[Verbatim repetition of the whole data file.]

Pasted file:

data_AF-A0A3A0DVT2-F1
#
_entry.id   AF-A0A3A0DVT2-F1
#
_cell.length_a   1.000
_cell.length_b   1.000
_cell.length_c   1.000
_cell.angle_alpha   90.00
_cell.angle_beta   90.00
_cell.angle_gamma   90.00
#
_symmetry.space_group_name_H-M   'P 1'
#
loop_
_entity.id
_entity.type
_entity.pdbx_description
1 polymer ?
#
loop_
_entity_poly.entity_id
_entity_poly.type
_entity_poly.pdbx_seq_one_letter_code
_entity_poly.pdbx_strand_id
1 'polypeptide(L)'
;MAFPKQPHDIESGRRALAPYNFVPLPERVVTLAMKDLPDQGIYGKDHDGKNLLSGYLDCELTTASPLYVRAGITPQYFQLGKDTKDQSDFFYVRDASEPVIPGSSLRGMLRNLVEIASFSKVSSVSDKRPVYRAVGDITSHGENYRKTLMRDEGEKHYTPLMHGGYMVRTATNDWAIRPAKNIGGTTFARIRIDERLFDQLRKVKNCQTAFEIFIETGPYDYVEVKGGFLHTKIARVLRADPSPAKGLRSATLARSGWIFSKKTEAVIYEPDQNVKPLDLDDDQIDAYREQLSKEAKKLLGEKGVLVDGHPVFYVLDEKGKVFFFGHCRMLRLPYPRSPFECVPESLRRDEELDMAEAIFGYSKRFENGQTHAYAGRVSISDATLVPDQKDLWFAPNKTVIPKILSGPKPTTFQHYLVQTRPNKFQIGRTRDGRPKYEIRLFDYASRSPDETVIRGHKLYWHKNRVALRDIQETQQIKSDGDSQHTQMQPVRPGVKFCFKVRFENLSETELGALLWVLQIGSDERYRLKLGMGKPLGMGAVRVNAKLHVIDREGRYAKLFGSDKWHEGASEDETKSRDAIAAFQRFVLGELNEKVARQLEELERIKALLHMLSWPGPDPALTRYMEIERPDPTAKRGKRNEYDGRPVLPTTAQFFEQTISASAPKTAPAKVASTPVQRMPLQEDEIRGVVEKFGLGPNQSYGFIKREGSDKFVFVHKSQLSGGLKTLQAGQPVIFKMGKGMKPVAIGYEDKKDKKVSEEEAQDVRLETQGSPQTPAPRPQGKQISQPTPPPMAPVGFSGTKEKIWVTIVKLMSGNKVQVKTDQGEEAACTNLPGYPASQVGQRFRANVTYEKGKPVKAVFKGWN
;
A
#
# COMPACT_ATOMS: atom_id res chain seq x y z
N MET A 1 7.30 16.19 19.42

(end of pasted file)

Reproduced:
data_AF-A0A3A0DVT2-F1
#
_entry.id   AF-A0A3A0DVT2-F1
#
_cell.length_a   1.000
_cell.length_b   1.000
_cell.length_c   1.000
_cell.angle_alpha   90.00
_cell.angle_beta   90.00
_cell.angle_gamma   90.00
#
_symmetry.space_group_name_H-M   'P 1'
#
loop_
_entity.id
_entity.type
_entity.pdbx_description
1 polymer ?
#
loop_
_entity_poly.entity_id
_entity_poly.type
_entity_poly.pdbx_seq_one_letter_code
_entity_poly.pdbx_strand_id
1 'polypeptide(L)'
;MAFPKQPHDIESGRRALAPYNFVPLPERVVTLAMKDLPDQGIYGKDHDGKNLLSGYLDCELTTASPLYVRAGITPQYFQLGKDTKDQSDFFYVRDASEPVIPGSSLRGMLRNLVEIASFSKVSSVSDKRPVYRAVGDITSHGENYRKTLMRDEGEKHYTPLMHGGYMVRTATNDWAIRPAKNIGGTTFARIRIDERLFDQLRKVKNCQTAFEIFIETGPYDYVEVKGGFLHTKIARVLRADPSPAKGLRSATLARSGWIFSKKTEAVIYEPDQNVKPLDLDDDQIDAYREQLSKEAKKLLGEKGVLVDGHPVFYVLDEKGKVFFFGHCRMLRLPYPRSPFECVPESLRRDEELDMAEAIFGYSKRFENGQTHAYAGRVSISDATLVPDQKDLWFAPNKTVIPKILSGPKPTTFQHYLVQTRPNKFQIGRTRDGRPKYEIRLFDYASRSPDETVIRGHKLYWHKNRVALRDIQETQQIKSDGDSQHTQMQPVRPGVKFCFKVRFENLSETELGALLWVLQIGSDERYRLKLGMGKPLGMGAVRVNAKLHVIDREGRYAKLFGSDKWHEGASEDETKSRDAIAAFQRFVLGELNEKVARQLEELERIKALLHMLSWPGPDPALTRYMEIERPDPTAKRGKRNEYDGRPVLPTTAQFFEQTISASAPKTAPAKVASTPVQRMPLQEDEIRGVVEKFGLGPNQSYGFIKREGSDKFVFVHKSQLSGGLKTLQAGQPVIFKMGKGMKPVAIGYEDKKDKKVSEEEAQDVRLETQGSPQTPAPRPQGKQISQPTPPPMAPVGFSGTKEKIWVTIVKLMSGNKVQVKTDQGEEAACTNLPGYPASQVGQRFRANVTYEKGKPVKAVFKGWN
;
A
#
# COMPACT_ATOMS: atom_id res chain seq x y z
N MET A 1 7.30 16.19 19.42